The AtroNuts Kids Space Club – A Father and Son's Creation for All

The “AstroNuts kids space club” was created in May 2010 by my 11 year-old-son Brett and I. By the age of 5, Brett was a “systems kid”, always building light and water systems in and around the house and was very curious about space.


We created a mini spaceship cockpit in a storage space under the recreation room stairs where we would meet and read about space adventures and set up some “mission protocols”. That “mini-space” was expanded with many cardboard boxes and we named it “Space ship Mercury One”. Local kids were always coming over and creating space adventures so at that point we created the “AstroNuts kids space club”.
The mission of the club was a engage the kids’ imaginations with space related activities in a fun, safe and imagination based environment. Once a month the “crew” of 20, both boys and girls, ages 9 to 12 would meet at out home in Newmarket and be inspired by amazing volunteer space-educators presenting demonstrations on astronomy, rocketry, STEM and “all things space”… we also have a “mystery” Skype guest per “mission” as well as field trips to observatories, rocket launch sites and educational science facilities like University of Toronto Institute for Aerospace Studies (UTIAS). These kids love science!
The AstroNuts kids space club is not a business, not a for-profit, not a not-for-profit and not a charity … it is “just” an amazing kids space club.

Space science is not introduced into the Ontario curriculum until grade 6. In Brett’s school however there were dozens of grade 3 and 4 kids coming to our club with a huge interest in space sciences, so we welcomed their participation and ideas. I especially enjoyed going to some elementary schools and giving short volunteer presentations to students with the hope that they also form space and science clubs and spread the message that space and science are fun.
I am a BSc. graduate from the University of Guelph and have always loved space. My father had the opportunity to work on the Canadarm as an electrical technician when NASA came up to Canada and presented SPAR Aerospace with this amazing technological project. I was inspired as a teenager when the “Eagle” had landed on the moon from then on I followed the adventures of astronauts, scientists and engineers.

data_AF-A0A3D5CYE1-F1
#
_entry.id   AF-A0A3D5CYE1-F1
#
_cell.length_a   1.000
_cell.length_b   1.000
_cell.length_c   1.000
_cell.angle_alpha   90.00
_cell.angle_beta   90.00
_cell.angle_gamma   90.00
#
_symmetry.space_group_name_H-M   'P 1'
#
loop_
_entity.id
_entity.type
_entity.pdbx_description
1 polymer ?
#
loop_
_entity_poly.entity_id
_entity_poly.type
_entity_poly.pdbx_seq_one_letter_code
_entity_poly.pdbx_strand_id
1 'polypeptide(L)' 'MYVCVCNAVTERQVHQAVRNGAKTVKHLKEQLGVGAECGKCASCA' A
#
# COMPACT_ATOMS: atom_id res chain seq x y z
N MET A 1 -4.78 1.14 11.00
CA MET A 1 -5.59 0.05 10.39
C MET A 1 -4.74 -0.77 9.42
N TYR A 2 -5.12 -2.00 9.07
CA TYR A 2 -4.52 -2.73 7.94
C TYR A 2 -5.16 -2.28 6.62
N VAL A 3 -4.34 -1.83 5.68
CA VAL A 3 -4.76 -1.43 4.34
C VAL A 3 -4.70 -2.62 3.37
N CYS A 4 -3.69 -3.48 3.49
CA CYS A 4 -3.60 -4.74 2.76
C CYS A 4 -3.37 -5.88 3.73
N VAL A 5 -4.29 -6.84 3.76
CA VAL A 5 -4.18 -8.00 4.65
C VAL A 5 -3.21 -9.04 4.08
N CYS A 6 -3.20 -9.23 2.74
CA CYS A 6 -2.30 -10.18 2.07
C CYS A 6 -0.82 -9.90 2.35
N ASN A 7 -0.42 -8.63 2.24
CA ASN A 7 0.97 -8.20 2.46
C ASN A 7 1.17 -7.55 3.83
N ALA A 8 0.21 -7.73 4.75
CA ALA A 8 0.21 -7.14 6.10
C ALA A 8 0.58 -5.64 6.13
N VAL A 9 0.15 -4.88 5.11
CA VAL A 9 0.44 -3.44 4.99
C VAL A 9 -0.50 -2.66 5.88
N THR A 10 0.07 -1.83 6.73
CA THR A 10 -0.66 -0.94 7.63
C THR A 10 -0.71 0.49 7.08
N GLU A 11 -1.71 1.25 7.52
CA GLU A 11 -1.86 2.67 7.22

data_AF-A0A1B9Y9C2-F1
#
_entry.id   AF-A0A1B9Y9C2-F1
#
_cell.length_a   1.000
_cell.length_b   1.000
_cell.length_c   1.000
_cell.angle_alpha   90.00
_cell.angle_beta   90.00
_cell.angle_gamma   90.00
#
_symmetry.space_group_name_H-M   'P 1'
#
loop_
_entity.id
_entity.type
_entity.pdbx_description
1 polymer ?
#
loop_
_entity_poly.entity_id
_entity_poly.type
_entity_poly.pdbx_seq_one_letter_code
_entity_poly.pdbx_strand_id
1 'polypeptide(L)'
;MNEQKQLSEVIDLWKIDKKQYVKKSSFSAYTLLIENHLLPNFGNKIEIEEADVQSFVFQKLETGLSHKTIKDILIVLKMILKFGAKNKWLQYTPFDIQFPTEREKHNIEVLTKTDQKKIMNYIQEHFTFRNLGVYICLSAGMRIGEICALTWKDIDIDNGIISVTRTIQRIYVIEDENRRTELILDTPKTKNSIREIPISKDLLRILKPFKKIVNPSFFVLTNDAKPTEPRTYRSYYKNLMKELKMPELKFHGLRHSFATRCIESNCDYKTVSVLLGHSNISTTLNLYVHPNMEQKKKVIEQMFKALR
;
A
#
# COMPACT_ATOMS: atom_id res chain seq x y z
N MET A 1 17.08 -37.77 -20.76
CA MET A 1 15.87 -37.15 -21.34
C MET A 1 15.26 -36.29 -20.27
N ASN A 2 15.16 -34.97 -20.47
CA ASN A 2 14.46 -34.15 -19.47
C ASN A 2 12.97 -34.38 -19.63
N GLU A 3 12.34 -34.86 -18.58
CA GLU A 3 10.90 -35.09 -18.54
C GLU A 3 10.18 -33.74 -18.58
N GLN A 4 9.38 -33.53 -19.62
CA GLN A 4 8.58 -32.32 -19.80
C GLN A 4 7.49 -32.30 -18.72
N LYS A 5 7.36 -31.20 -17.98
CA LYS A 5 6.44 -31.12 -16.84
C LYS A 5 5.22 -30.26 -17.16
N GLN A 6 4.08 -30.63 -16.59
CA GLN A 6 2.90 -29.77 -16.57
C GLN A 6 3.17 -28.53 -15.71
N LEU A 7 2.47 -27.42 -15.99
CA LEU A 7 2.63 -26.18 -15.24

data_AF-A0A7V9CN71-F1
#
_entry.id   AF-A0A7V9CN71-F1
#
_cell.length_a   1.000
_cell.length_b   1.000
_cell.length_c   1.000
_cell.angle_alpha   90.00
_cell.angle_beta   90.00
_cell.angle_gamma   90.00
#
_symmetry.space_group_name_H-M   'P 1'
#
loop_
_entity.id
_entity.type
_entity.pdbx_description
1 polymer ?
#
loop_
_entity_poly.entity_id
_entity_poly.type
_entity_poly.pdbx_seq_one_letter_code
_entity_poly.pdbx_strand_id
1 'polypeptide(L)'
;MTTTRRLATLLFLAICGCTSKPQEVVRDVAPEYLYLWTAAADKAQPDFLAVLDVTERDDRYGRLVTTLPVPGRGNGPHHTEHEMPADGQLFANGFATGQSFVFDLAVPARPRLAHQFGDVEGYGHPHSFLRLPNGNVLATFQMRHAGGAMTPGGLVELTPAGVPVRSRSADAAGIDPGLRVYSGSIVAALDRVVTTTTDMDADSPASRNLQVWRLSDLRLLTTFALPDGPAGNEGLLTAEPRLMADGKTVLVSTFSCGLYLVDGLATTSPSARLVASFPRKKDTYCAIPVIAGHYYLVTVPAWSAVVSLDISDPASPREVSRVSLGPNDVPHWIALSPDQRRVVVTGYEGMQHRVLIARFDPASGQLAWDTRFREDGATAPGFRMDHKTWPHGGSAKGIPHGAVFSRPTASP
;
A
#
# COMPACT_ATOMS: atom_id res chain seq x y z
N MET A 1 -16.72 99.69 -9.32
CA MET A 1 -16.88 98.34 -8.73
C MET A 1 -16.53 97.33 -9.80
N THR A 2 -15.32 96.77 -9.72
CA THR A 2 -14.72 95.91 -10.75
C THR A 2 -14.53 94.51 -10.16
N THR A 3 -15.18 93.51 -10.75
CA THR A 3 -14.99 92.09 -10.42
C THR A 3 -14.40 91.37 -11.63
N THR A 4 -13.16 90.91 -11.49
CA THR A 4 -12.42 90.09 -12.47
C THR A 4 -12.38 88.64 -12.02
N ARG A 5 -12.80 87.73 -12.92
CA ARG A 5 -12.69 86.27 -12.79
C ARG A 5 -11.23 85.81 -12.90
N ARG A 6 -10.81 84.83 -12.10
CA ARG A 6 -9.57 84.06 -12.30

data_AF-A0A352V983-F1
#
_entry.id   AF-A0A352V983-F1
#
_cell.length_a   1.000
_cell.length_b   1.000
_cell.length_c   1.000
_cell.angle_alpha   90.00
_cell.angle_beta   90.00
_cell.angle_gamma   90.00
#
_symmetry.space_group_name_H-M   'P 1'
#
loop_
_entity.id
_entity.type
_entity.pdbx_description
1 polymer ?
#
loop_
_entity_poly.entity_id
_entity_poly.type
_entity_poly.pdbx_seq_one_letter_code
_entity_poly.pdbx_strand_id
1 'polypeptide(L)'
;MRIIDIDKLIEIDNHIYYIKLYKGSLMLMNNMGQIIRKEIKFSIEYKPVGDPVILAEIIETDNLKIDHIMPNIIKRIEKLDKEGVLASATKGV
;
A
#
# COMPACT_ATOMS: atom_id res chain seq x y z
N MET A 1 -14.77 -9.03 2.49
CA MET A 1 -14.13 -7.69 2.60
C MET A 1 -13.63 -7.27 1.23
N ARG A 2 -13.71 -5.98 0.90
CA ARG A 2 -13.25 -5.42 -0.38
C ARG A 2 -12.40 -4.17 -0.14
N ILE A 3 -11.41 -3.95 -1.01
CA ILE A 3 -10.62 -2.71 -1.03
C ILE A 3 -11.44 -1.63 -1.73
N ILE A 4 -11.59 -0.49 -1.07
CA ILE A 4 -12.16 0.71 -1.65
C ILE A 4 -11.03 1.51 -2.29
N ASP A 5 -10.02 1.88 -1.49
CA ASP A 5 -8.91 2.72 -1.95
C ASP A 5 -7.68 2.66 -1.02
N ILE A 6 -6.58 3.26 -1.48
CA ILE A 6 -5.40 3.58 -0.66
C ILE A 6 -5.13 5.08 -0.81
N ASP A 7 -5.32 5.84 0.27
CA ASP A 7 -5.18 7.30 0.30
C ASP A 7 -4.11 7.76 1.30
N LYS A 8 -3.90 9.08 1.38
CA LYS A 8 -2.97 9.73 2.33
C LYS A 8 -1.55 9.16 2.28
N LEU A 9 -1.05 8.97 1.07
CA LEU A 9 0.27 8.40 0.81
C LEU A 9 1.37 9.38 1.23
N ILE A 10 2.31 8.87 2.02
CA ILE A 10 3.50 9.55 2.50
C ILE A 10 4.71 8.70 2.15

Our recreation room has been transformed into a fun, grass-roots space education learning area… It’s “theatre-of-the-mind” and the most exciting part of it is our rocket ship called Spaceship Mercury Two” … SSM-2 is created completely of “space junk”, parts taken from blue bins and “donated discards” that are outdated but when installed onto SSM-2 make our “missions” to other planets exciting … Space ship Mercury Two really excites the AstroNuts’ imaginations.
In order to expose more elementary school kids to “space-education” and the sciences I created the “whats up in space camp and STEM contest: The 3rd annual “whats up in space camp and STEM contest” was held last spring and brought together hundreds of elementary school kids with some very enthusiastic space educators. Our presenter lineup was amazing: a video welcome from Commander Chris Hadfield, an amazing Skype with Bob McDonald, CBC host of “Quirks and Quarks … a Skype with Canadian astronaut David Saint-Jacques and 12 volunteer “space-educators”. They engaged the students’ imaginations with great presentations and activities. The STEM contest portion was judged just before the space camp and the winners went onstage to present their projects and were awarded Government of Canada technology certificates by MP Lois Brown as well as book awards by MDA.
The AstroNut kids also entered a rocket ship float into the 2013 Newmarket Santa Claus Parade and we were surprised to win the “Mayor’s Trophy” for best overall float. Then one week later, in the midst of a blizzard, we entered our rocket ship float into 2013 Aurora “Santa under the stars” night time parade. Once again we were surprised and happy to receive the “Best original Theme” award.
The rocket was a 16′ duplicate of the Soyuz rocket that took Chris Hadfield to the ISS. It was built and donated by Robert Matte of giantscape.com.
Please visit our website www.astronutskidsspaceclub.com. From there you may access our past and future missions, our volunteer Skype and in-house space science educators, view our “AstroNuts space hero’s wall of fame” (includes photo dedications by Tom Hanks aka Commander Jim Lovell in “Apollo 13” and William Shatner aka Captain James T. Kirk in “Star Trek” and well by astronauts and scientists) and you can read up on all our endorsements and wonderful sponsor.
My biggest reward is seeing the smiles and enthusiasm from the many kids that are exposed to this fun and worthwhile volunteer space-science-education initiative. I am also very appreciative of everyones ideas and input.
By Ray Bielecki for SpaceRef

About Marc Boucher

Marc Boucher
Boucher is an entrepreneur, writer, editor & publisher. He is the founder of SpaceRef Canada Interactive Inc, CEO and co-founder of SpaceRef U.S., advisor and co-founder of the Canadian Space Commerce Association, and director and co-founder of MaxQ Accelerator Inc. Previously he was the founder of Maple Square, Canada's first internet directory and search engine which he sold.

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